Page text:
Australia’s prime minister said yesterday he won’t put officials in danger by retrieving extremists from the Middle East after an Australian Islamic State group widow asked to bring her children home from a Syrian refugee camp.
Prime Minister Scott Morrison’s response came after the Australian Broadcasting Corp. interviewed the woman in one of the refugee camps in northern Syria where she has lived with her toddler son and malnourished 6-month-old daughter since they fled the Syrian village of Baghouz where the Islamic State group has been making its last stand.
ABC said the 24-year-old woman refused to confirm her identity and wore a veil during the interview, but it identified her yesterday as Zehra Duman.
The woman said her daughter needs hospital treatment and she wanted to bring her back to Australia.
“Nobody really cares about us here, and I understand the anger that they have toward a lot of us here,” the woman told ABC, referring to the Kurdish authorities’ treatment of tens of thousands of her fellow Islamic State supporters in the camps.
“But the kids don’t need to suffer,” she added.
Morrison said Australians who take their families to war zones to fight with the Islamic State movement had to take responsibility for their actions.
“The great tragedy of those who went and joined up with terrorists — to support terrorist causes through Daesh and have taken their families into warzones where they’re basically fighting against Australia — is they have placed their children in this horrendous position.” Morrison told reporters.
“I’m not going to put any Australian at risk to try to extract people from those situations,” he added.
Deakin University security expert Greg Barton said the government could no longer use the excuse of risk for failing to repatriate Australian extremists as Australia rightly did when the extremists were in territory controlled by Islamic State fighters.
“Care would need to be taken bringing her back, but it’s entirely do-able,” Barton said. “We more than most countries can deal with this.”
Western countries were reluctant to bring their nationals home from the Middle East since the Islamic State caliphate collapsed because most countries struggled to gather evidence to prove them guilty of an offense, Barton said.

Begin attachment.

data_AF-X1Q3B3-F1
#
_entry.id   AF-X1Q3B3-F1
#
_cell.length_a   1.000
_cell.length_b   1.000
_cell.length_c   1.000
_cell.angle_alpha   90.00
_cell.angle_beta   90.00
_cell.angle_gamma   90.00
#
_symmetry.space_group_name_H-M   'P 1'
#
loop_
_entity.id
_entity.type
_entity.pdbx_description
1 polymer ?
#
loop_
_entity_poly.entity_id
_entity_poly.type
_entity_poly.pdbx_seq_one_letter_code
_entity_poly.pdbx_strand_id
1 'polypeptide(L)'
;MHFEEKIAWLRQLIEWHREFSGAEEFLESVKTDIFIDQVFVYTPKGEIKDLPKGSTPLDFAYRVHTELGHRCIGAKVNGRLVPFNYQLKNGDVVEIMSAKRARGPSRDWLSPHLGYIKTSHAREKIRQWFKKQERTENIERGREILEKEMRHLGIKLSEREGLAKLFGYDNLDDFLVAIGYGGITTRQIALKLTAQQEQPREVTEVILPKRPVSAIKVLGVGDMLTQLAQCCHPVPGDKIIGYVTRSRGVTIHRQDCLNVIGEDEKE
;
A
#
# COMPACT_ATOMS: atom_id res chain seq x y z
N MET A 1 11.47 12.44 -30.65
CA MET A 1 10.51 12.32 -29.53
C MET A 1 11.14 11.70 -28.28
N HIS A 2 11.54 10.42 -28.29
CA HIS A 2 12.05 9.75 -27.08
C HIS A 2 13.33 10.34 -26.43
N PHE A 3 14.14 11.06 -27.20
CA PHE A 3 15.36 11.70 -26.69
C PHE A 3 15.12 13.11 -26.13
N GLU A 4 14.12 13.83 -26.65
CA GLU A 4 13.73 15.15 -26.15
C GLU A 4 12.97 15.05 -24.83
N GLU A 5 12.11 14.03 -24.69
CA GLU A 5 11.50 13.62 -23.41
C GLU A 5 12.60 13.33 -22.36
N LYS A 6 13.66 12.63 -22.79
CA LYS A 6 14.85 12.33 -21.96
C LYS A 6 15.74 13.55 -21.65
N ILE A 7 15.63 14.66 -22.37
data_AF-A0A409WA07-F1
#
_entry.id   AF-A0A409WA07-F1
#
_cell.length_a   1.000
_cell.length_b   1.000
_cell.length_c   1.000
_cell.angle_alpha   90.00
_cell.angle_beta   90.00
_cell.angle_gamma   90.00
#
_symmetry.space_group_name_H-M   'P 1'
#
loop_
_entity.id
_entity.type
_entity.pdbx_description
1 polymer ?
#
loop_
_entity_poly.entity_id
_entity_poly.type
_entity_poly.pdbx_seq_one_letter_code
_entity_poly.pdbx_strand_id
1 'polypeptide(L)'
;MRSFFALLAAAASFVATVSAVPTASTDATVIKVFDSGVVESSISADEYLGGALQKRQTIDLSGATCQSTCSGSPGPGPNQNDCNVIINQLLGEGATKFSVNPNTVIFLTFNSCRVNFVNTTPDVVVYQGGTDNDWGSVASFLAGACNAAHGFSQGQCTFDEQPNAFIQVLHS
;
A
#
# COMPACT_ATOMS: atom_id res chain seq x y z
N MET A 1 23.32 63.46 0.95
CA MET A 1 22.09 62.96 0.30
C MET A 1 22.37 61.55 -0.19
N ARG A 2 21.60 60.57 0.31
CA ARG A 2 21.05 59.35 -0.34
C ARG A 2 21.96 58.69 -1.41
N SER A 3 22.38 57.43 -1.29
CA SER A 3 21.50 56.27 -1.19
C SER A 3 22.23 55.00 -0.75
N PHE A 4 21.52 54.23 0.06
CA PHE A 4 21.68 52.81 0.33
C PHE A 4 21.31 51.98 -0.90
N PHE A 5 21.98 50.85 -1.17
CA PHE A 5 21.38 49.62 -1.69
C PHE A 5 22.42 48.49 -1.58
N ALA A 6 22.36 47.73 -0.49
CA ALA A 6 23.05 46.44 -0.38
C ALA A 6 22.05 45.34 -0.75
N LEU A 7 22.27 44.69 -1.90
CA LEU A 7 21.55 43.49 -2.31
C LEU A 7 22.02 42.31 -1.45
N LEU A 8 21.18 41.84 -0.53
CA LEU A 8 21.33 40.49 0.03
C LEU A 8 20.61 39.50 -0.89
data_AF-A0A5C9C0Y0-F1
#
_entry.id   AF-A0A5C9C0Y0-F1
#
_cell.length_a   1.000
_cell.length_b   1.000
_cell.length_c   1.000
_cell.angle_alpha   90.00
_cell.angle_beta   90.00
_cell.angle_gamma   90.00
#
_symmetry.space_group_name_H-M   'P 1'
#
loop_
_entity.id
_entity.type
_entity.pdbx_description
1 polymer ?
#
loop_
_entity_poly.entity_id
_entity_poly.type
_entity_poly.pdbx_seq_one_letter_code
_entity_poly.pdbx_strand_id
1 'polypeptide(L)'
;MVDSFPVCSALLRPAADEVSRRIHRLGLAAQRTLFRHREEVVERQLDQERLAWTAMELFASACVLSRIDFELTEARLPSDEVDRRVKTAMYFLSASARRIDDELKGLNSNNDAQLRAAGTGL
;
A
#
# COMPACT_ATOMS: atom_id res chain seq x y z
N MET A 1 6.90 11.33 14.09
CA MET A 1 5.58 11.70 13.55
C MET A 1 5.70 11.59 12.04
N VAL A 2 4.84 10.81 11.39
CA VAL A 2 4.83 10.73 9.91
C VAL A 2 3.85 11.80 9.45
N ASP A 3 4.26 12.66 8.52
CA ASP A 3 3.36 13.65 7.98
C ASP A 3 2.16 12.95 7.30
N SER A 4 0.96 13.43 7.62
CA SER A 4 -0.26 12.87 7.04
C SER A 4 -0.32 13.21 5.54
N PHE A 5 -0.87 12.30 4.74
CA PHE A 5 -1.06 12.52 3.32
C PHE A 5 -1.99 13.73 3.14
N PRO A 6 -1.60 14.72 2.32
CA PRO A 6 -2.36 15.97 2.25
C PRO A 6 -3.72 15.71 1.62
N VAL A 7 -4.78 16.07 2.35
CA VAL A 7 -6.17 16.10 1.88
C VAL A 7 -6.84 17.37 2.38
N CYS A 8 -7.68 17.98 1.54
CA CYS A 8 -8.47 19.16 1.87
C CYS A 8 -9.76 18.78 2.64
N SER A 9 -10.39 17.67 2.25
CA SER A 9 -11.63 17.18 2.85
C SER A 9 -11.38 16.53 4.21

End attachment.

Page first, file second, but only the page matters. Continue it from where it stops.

But Australia got around that burden of evidence in 2014 when a new law made simply being inside Islamic State-held territory in Syria and Iraq a crime punishable by 10 years in prison. The onus is on Australians who visit designated Islamic State- held areas to prove they had reasonable excuses.
No one has yet been prosecuted under the law.
Barton said Morrison wouldn’t bring the family home before elections due in May because the prime minister thought that would be politically unpopular.
Morrison said any Australian citizen who returned from supporting Islamic State fighters would “face the full force of Australian law.”
Opposition leader Bill Shorten, whom opinion polls suggest will likely be prime minister after the May elections, said his party would work constructively with the government on repatriating Australian children from Syria without “political point-scoring.”
“We’ll work it through. Do you separate kids from their parents? Who’s going to look after them?” Shorten said to reporters.
Duman said on social media she gave up her middle-class life in the Australian city of Melbourne where she was part of a Turkish-Australian family for the battlefields of Syria in late 2014.
She had followed Islamic State soldier Mahmoud Abdullatif who had left Melbourne months earlier for the Raqqa, the Islamic State movement’s center in Syria.
The couple announced their wedding online in December 2014, with a photograph of her dowry that included an assault rifle. Rod McGuirk, Canberra, AP